Every night this week,
I keep dreaming
that you throw me out
the open door of an airplane,
into 30,000 feet of blue —

You fling me out head first,
without altimeter or oxygen,
no tandem partner lashed to my back.
You cast me into solitude and blue,

not endless blue but ended blue,
a sharp-capped blue, a snapped-shut blue,
30,000 feet of blue and love
before the blue stops.

You cast me into solitude and love,
into 30,000 finite feet of your love.

This must be the weightlessness of your love.
This whirl into vapor, this vertigo.
A broad gasp of green looms up
to crack me open and I do not know
whether the stones in the ground,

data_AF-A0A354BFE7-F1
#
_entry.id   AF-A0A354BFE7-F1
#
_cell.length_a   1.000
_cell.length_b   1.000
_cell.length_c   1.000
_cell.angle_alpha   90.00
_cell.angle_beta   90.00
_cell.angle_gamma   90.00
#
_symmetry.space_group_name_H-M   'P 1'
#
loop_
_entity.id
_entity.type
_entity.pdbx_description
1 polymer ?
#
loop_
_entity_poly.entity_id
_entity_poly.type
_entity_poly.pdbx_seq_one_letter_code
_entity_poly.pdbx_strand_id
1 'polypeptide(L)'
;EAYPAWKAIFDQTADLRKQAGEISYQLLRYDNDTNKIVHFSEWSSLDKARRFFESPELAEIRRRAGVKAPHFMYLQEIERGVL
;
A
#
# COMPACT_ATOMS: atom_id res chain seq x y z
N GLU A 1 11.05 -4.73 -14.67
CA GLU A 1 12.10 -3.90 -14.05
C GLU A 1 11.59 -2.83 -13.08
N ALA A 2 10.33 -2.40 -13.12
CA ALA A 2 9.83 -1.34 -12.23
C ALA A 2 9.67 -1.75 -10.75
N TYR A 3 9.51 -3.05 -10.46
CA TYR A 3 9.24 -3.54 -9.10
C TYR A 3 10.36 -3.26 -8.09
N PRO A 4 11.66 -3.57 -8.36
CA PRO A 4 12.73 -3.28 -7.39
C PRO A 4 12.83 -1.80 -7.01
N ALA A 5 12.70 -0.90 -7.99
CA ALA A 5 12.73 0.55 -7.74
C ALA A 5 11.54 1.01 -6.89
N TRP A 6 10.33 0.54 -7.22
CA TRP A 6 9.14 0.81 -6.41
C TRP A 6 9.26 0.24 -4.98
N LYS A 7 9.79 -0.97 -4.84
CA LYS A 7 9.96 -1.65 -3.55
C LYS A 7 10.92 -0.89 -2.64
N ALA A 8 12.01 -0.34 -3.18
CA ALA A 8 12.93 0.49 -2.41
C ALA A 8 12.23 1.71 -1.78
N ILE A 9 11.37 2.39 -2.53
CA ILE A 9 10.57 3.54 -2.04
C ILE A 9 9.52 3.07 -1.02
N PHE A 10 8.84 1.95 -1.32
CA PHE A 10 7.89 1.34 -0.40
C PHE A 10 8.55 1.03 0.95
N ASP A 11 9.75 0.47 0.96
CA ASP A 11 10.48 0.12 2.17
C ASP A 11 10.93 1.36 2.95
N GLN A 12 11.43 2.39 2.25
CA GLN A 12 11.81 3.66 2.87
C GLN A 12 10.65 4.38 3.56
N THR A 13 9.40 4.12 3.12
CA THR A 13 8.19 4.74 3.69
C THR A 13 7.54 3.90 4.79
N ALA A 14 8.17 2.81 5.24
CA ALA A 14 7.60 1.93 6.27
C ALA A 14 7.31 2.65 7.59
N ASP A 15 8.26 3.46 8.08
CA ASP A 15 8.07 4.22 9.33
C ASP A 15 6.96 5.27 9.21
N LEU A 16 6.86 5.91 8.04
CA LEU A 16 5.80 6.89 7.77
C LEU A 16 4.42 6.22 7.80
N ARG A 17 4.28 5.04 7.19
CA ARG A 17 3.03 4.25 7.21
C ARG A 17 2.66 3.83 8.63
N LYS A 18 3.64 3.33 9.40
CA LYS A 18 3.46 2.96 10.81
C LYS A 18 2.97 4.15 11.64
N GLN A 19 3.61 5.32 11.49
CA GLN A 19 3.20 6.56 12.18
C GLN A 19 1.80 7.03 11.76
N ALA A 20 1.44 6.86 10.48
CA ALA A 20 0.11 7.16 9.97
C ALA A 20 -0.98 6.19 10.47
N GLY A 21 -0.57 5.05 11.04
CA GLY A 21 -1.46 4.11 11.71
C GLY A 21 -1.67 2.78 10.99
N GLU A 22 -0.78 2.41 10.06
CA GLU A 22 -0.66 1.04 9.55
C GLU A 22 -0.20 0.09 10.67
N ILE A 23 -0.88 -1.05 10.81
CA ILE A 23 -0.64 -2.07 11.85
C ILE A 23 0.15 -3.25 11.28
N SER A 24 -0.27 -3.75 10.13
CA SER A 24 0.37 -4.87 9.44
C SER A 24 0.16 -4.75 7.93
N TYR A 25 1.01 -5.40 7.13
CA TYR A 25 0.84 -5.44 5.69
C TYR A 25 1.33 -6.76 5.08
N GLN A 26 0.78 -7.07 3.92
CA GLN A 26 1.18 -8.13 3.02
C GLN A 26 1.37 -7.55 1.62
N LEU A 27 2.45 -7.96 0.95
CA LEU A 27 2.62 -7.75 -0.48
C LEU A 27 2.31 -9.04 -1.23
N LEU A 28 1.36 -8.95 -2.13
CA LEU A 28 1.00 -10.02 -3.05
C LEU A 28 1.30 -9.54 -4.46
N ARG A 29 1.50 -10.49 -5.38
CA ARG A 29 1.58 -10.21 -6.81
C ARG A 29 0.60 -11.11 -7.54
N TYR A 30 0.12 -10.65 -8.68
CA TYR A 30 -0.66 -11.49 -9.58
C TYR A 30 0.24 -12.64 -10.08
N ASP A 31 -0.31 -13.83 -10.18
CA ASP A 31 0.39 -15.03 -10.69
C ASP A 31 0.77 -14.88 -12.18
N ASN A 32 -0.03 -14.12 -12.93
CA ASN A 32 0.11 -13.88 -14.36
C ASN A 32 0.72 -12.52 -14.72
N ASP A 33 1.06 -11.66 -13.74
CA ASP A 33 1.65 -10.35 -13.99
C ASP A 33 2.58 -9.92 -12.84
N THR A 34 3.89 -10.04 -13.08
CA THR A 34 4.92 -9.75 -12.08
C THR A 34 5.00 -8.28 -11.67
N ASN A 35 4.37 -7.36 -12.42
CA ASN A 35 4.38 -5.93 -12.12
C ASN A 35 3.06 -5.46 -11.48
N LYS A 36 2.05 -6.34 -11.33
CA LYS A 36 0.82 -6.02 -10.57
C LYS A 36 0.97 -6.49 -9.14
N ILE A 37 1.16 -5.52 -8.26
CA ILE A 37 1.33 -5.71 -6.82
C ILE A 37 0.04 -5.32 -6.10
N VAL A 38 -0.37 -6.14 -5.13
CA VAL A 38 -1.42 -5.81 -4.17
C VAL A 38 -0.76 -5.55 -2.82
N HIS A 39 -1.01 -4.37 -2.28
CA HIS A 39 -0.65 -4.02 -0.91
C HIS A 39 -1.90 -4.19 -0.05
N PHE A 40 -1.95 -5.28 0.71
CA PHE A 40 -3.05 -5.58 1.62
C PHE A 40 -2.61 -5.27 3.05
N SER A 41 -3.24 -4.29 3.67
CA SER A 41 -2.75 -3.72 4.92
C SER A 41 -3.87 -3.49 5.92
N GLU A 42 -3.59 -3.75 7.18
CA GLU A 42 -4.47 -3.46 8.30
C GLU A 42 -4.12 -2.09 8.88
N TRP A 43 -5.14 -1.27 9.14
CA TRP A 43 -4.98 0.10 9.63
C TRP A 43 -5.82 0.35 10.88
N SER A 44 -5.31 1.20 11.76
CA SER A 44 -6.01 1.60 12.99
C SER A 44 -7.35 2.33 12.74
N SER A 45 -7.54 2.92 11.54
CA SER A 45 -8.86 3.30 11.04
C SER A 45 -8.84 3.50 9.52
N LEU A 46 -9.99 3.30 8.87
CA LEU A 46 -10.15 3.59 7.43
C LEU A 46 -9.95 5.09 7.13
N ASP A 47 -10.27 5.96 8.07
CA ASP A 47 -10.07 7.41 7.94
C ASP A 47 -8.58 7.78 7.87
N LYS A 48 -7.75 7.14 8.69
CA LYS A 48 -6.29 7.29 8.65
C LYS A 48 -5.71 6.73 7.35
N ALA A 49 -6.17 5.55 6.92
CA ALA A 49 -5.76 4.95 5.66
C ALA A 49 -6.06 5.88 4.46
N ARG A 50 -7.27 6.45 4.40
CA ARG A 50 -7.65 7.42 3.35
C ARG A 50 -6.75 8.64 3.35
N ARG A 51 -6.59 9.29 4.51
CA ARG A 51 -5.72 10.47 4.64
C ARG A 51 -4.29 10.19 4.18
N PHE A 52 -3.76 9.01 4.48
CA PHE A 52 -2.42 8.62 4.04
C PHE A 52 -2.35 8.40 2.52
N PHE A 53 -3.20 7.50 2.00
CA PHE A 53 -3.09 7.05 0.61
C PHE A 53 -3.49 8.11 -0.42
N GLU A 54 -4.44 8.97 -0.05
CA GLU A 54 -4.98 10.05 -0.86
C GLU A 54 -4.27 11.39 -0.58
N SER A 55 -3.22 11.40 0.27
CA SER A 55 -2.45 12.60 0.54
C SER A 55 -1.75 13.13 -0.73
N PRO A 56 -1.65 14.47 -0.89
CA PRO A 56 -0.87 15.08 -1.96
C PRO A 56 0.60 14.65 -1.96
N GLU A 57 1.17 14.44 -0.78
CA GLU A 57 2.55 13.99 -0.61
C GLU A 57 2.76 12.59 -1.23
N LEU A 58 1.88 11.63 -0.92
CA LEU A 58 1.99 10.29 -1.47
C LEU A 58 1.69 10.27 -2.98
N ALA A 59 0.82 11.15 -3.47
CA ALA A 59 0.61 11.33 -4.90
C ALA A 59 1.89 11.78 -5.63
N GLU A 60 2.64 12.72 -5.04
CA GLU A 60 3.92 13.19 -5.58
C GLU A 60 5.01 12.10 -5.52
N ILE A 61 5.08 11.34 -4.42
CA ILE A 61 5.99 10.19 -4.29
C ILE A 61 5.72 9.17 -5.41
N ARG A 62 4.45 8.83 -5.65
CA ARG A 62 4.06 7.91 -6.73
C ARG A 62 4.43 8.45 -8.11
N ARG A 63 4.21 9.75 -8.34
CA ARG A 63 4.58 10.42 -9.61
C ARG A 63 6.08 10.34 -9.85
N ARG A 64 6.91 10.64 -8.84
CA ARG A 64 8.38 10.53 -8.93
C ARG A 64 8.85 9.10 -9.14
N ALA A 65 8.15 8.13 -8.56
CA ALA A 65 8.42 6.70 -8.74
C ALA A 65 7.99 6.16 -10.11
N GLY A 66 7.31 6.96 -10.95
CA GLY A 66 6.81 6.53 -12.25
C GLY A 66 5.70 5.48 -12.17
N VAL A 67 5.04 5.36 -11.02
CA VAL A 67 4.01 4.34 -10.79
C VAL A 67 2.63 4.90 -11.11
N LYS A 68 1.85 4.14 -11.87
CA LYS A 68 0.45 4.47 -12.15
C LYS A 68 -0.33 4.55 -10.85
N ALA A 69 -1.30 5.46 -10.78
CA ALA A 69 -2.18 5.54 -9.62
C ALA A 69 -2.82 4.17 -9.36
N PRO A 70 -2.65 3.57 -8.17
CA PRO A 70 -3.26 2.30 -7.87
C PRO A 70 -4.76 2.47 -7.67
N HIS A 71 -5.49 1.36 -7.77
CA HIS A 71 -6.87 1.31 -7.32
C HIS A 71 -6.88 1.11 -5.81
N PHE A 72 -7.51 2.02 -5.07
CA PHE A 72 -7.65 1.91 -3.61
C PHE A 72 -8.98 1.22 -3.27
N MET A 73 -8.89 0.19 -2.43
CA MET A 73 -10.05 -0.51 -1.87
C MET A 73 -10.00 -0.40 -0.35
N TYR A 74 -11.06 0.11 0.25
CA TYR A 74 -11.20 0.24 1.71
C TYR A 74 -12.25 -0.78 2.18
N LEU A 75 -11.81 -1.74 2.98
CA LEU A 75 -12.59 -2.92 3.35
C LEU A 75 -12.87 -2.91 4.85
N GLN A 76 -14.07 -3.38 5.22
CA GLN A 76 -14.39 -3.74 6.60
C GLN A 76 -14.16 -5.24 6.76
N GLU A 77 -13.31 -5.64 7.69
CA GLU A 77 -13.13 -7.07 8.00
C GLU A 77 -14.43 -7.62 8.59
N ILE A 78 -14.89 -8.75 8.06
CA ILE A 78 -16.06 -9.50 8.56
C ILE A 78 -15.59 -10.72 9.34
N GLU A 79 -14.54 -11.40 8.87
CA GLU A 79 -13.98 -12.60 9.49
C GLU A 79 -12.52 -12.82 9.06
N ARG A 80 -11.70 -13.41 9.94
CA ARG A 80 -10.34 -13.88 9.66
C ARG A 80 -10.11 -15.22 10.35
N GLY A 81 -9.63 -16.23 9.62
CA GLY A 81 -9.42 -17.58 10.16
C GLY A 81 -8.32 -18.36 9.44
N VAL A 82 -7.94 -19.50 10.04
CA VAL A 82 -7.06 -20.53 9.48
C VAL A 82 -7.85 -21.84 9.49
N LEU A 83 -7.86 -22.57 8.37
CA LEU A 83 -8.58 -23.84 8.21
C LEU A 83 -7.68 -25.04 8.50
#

whether the tiny houses, the lines of roads
are supposed to be a map to find you again
or just a picturesque countryside
to lull me down.

Is this the anxiety, the panic of your love?
Your love hammers the ribs in my chest;
your love is a scarcity of air, a burned lung —
a strained muscle, air pressure blowout–
I am trying to tell my body
we are all falling here at once
but some parts want to fall faster for you.

I cannot find the up of your love.
I am all turned around, I am whirled
head over heels over head
over heels over head
and there’s no way up,
no way down but down, but gravity
into slashes of blue and slashes of green
that circle and blur and whirl.
I am whirled; I am a world of your love,
a dead weight blackout of love,
a terminal velocity, a body dropped of love.

Every night this week,
I snap to wake as body breaks ground,
your name the cord of a parachute
clenched white-knuckle tight,
never snatched.

— Adam Kamerer


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This poem was originally published under the pen name Gabriel Gadfly.
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